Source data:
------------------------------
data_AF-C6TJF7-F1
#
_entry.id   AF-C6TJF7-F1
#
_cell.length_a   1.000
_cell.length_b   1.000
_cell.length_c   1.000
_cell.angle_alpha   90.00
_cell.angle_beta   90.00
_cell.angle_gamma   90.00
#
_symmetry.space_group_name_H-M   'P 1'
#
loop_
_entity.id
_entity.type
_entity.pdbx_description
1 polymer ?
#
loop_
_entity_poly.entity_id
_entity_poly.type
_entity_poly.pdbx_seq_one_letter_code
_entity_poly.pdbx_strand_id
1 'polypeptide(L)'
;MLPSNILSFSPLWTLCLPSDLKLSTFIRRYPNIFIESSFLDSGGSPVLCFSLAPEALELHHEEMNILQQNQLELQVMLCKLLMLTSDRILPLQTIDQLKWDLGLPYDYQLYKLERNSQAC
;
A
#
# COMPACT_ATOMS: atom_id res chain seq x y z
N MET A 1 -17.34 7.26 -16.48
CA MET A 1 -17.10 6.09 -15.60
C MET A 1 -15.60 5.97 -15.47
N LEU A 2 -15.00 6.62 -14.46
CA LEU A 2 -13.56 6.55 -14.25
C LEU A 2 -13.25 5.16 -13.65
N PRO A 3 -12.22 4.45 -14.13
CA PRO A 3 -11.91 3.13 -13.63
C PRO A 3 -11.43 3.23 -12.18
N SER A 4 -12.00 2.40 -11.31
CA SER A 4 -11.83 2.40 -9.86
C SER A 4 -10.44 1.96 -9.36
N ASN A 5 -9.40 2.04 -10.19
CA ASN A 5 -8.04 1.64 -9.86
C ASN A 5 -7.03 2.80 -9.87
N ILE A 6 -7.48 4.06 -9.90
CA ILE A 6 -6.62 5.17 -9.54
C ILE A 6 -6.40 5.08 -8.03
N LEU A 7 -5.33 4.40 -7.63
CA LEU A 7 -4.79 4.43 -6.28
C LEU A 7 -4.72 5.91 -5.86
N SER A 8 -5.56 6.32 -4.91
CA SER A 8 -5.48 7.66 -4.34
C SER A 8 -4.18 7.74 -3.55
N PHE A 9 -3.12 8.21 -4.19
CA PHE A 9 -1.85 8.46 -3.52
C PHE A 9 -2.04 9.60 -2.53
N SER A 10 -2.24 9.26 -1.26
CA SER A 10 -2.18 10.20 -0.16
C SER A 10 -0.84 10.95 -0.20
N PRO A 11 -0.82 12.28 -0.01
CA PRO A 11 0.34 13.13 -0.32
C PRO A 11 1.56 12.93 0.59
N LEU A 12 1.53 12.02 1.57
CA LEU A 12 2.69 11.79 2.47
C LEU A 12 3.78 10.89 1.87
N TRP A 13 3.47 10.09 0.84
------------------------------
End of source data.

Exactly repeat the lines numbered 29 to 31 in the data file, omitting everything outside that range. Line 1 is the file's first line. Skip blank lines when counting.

#
# COMPACT_ATOMS: atom_id res chain seq x y z
N MET A 1 -17.34 7.26 -16.48